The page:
American Interest - Nolan McCarty
Martin Gilens makes an important empirical contribution to the discussions about the effects of inequality on policymaking in the United States.
From the Publisher

Winner of the 2013 Woodrow Wilson Foundation Award, American Political Science Association

One of Choice's Outstanding Academic Titles Top 25 Academic Books for 2013

"The best book in decades on political inequality. . . . Gilens's years of careful empirical research and his impressively fair and clear presentation of evidence mark a major step forward in the scientific study of political inequality in America."--Larry Bartels, Monkey Cage blog

"[T]he findings in [Martin Gilens's book] are important, timely, and, at times, surprising."--Glenn C. Altschuler, Huffington Post

"[F]ascinating."--Pacific Standard Magazine

"This book is already being hailed as a landmark study of American political representation."--Thomas Ferguson, Perspectives on Politics

"[I] was simply unaware of the facts presented in Martin Gilens's new Affluence and Influence. Gilens compiles a massive data set of public opinion surveys and subsequent policy outcomes, and reaches a shocking conclusion: Democracy has a strong tendency to simply supply the policies favored by the rich. When the poor, the middle class, and the rich disagree, American democracy largely ignores the poor and the middle class. . . . [I]ntellectually satisfying . . ."--Bryan Caplan, Econlog

"This nuanced, carefully constructed volume evaluates the relationship between growing economic inequality and political power in the U.S., finding that policy outcomes are biased overwhelmingly in favour of the affluent. . . . Especially impressive are his successful efforts at separating the influence of interest groups and political parties on policy outcomes from the influence of public opinion by economic class. His opening chapter on citizen competence and democratic decision making should be required reading for those who doubt the feasibility and value of a truly representative government."--Choice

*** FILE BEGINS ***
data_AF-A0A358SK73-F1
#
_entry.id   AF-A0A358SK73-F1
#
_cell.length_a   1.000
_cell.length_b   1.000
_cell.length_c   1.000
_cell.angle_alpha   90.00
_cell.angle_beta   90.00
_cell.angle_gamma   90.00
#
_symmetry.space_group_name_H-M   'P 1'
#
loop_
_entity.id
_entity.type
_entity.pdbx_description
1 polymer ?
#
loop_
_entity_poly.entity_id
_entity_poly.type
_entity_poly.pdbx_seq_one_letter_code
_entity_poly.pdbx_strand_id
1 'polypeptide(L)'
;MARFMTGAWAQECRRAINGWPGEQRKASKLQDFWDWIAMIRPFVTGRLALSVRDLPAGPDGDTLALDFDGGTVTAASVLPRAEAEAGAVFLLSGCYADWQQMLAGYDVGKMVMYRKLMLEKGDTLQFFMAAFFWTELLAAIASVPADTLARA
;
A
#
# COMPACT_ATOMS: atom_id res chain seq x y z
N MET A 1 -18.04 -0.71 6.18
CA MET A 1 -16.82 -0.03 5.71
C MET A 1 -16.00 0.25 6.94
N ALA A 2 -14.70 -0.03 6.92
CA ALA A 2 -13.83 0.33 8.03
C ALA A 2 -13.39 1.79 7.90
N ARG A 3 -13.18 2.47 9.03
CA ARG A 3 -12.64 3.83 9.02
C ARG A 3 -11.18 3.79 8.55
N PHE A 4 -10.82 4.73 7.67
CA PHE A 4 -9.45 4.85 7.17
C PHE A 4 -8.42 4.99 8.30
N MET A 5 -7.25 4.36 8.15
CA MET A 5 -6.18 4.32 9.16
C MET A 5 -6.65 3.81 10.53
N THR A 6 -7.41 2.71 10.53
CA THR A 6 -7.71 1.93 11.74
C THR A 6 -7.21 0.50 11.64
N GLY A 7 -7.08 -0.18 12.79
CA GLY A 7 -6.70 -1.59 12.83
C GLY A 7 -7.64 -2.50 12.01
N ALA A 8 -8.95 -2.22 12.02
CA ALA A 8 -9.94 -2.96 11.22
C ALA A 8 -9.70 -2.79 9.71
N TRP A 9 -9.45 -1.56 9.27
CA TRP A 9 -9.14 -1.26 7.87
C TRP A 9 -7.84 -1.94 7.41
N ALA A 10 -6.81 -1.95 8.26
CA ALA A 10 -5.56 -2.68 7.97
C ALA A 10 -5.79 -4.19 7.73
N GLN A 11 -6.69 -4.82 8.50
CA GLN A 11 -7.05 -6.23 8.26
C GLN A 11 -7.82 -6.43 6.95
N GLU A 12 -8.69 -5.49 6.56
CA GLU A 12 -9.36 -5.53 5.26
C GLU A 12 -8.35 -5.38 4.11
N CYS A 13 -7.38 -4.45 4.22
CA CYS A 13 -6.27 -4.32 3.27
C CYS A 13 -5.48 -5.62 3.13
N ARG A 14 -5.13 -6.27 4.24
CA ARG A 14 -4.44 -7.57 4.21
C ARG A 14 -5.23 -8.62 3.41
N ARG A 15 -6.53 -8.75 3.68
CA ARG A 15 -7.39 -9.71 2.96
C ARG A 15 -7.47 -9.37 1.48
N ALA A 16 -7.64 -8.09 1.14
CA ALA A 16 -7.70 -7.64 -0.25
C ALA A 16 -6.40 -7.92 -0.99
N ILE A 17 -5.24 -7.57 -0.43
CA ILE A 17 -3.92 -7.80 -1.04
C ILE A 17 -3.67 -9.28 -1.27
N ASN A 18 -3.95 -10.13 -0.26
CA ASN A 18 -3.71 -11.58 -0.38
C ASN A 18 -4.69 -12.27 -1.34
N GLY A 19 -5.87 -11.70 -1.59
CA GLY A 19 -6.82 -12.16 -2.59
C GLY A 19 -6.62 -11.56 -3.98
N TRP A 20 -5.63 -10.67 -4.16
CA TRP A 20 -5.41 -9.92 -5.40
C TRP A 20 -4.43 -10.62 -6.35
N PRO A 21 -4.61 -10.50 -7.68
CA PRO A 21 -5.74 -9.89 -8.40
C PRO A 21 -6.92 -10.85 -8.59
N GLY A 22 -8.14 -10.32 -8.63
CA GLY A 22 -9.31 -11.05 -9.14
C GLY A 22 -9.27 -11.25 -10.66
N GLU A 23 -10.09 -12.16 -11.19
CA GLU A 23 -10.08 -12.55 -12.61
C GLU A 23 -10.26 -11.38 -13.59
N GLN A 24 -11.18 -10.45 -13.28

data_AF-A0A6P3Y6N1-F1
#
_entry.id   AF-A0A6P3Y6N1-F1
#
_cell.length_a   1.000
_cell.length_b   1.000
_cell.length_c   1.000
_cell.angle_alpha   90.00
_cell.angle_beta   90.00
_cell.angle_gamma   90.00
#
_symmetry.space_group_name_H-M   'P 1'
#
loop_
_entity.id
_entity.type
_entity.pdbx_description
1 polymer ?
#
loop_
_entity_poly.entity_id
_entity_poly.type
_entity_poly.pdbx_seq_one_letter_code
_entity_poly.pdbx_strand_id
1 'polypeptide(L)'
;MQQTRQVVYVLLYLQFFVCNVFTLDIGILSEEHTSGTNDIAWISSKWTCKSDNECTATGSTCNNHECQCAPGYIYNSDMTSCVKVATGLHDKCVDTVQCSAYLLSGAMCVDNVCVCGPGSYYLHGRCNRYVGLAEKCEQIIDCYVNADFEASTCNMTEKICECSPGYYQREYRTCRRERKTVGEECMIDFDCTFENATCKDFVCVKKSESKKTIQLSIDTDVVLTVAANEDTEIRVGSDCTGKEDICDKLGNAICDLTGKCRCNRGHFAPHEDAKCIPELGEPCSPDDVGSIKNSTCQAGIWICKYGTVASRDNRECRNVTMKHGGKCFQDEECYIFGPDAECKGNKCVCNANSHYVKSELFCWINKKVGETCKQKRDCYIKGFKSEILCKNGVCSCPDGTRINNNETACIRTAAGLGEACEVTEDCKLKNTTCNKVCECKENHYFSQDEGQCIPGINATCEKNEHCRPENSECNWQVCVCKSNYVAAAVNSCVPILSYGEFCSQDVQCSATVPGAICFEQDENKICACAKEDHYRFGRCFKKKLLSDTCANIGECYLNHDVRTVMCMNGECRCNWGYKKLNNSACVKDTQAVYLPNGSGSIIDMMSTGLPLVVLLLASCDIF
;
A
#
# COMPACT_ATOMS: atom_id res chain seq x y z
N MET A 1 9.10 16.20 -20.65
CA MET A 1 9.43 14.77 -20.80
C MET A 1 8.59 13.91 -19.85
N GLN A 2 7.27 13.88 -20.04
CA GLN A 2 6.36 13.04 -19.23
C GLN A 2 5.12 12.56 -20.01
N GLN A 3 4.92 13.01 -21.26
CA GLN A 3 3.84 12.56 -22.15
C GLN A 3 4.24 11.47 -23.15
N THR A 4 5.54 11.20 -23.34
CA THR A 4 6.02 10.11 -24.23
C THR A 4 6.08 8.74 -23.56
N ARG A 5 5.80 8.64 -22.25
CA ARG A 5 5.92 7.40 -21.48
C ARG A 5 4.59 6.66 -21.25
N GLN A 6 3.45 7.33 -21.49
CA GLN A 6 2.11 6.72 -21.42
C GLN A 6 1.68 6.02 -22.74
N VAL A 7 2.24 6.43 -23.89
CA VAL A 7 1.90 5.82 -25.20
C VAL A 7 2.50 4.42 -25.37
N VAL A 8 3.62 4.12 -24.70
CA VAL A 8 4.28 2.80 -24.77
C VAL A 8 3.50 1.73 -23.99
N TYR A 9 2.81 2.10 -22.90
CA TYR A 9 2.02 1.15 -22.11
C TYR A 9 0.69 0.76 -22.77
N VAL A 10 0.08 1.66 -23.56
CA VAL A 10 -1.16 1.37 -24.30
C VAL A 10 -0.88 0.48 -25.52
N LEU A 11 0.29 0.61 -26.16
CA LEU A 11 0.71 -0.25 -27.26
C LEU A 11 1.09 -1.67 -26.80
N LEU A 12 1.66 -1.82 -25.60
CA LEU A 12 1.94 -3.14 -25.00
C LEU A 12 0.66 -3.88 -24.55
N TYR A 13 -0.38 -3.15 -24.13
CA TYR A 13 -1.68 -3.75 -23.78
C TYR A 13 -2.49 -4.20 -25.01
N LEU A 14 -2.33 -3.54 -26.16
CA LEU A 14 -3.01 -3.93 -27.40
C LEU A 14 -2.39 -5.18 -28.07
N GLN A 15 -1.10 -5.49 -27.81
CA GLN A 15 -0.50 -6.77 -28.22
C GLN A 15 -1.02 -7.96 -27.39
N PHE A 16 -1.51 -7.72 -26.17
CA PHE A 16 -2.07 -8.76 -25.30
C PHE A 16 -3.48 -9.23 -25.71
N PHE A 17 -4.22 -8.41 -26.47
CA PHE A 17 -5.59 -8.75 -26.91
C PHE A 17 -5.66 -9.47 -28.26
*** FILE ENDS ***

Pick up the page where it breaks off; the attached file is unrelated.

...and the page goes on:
"Martin Gilens makes an important empirical contribution to the discussions about the effects of inequality on policymaking in the United States."--Nolan McCarty, American Interest

"Gilens' book, as with all good political science scholarship, provides the cold, hard data to prove a crucial hypothesis of our times, in this case that American politics responds only to the preferences of the affluent. . . . [I]t is certainly well-written by academic standards; it is clinical and precise, with a table of logistic regressions to back up every claim. So if you are looking for a rigorous study of the relationship between affluence and influence, then look no further. This book is a vital weapon in the armoury for anyone who suspects that American democracy might not be all it seems."--Maeve McKeown, New Left Project

"At a time when economic and political inequality in the United States only continues to rise, Affluence and Influence raises important questions about whether American democracy is truly responding to the needs of all its citizens."--World Book Industry

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Product Details

  • ISBN-13: 9780691153971
  • Publisher: Princeton University Press
  • Publication date: 7/22/2012
  • Pages: 348
  • Product dimensions: 6.10 (w) x 9.30 (h) x 1.20 (d)

Meet the Author


Martin Gilens is professor of politics at Princeton University. He is the author of "Why Americans Hate Welfare: Race, Media, and the Politics of Antipoverty Policy".
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Table of Contents

List of Tables ix
List of Figures xi
Acknowledgments xiii

Introduction 1

Chapter 1 Citizen Competence and Democratic Decision Making 12
Chapter 2 Data and Methods 50
Chapter 3 The Preference/Policy Link 70
Chapter 4 Policy Domains and Democratic Responsiveness 97
Chapter 5 Interest Groups and Democratic Responsiveness 124
Chapter 6 Parties, Elections, and Democratic Responsiveness 162
Chapter 7 Democratic Responsiveness across Time 193
Chapter 8 Money and American Politics 234

Appendix 253
Notes 279
References 305
Index 323